Sun Ra - Space Is The Place
Choosing an essential LP from the expansive and mythical discography of the Sun Ra Arkestra is a daunting task, one that I do with real appreciation for his work. Keep in mind, this review is not me choosing this particular album as THE Sun Ra record. However I do feel that this particular LP does indeed earn the ESSENTIAL title, as it is a defining moment for the Arkestra. I have immense respect for Mr. Ra; he was an artist that only comes around every generation or so. A true character who demanded the utmost respect as a musician, an artist and a person. He sustained his band on sheer willpower and dedication to craft, supporting their livelihoods and giving them shelter at the same time. He is as much a confrontational, DIY punk musician as Penny RImbaud or Iggy Pop, and his own feeling of alienation deeply affected him. Even claiming that he was from Saturn on his birth certificate! Space Is The Place is an amazing Sun Ra record, and is front loaded with the titular magnum opus that may in fact be the definitive Sun Ra song. "Space Is The Place" is a huge track, a hypnotic piece of modal jazz with a consistent vocal repetition; the lone lyric, "space is the place.” If brevity is the soul of wit, it's this lyric mixing Sun Ra's fascination with space and his demand to become more in tune with the stars. Alongside bravado and street jive, the tracks morphs and flows with an exotica sound that reveals itself emerging from the mantra for 20 compelling minutes. The laid back and sharp basslines, emotive horns and vocals are hypnotic and gorgeous.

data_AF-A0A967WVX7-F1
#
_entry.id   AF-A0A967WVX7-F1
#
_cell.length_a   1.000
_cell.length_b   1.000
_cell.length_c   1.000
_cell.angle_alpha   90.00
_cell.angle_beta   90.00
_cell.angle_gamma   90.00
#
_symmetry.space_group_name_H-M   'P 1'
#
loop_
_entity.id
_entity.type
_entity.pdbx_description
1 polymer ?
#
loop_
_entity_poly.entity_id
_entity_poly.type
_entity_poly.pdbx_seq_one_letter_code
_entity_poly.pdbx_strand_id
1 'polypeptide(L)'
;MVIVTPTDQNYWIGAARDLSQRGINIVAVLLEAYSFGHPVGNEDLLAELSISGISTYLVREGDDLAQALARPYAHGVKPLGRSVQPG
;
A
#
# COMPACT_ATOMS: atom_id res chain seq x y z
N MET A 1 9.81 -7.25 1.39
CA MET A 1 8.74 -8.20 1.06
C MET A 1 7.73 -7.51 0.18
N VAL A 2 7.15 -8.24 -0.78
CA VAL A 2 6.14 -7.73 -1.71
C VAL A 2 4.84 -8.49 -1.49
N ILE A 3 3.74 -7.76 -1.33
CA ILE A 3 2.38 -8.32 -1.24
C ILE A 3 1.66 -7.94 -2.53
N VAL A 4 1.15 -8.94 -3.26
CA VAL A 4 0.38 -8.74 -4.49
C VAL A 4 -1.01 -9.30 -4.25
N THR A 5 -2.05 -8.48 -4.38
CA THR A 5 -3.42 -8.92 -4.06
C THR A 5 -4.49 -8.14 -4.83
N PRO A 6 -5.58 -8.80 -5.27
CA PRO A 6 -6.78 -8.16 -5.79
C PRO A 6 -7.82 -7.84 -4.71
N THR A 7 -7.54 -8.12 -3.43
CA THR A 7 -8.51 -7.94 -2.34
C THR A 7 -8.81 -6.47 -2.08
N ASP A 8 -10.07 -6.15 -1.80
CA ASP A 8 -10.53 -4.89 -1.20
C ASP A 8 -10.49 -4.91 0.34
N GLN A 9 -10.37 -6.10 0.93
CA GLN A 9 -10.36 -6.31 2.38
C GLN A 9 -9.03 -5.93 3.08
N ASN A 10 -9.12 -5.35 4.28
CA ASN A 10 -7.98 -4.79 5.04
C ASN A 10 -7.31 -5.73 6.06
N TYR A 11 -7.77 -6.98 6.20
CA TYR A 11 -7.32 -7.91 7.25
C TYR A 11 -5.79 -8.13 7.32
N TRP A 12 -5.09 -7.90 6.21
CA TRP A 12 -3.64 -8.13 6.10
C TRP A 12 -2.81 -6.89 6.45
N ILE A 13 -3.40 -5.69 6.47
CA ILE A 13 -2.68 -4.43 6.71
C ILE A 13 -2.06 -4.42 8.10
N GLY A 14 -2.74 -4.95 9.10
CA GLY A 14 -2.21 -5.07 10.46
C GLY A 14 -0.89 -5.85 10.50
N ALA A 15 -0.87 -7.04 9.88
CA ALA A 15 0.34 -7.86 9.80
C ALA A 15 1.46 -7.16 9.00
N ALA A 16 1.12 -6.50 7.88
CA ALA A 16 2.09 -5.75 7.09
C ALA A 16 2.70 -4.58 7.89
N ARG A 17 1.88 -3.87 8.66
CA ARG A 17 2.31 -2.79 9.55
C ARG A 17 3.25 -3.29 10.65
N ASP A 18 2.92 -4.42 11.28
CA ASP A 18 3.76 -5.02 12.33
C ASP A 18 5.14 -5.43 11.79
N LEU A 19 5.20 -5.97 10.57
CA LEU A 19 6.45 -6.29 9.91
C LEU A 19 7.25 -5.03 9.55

Side B continues as a Sun Ra album would, with four more wonderful and varied tracks. "Images" and "Discipline 33" are fantastically tuneful and explosive, full of strong riffs and excellent saxophone playing plus some incredibly strong and tight bass playing from Pat Patrick. "Sea of Sound" is a fittingly direct title, as it's exactly what the track is. This is where the chaotic free cluster jazz of the Arkestra is highlighted. The track is a constant barrage of loud and desperate playing from all the players. Lex Humphries beats the drum kit into splinters and Sun Ra delivers some truly sludgy and nasty organ hits. The track eventually dies out with Marshall Allen and John Gilmore duetting violently. After that bombshell, the album ends with a bastardized little jingle entitled "Rocket Number Nine,” taking the listener off to Venus and leaving with an expanded mind. Space Is The Place is definitely an essential Sun Ra record. (VII)
Check out a track here.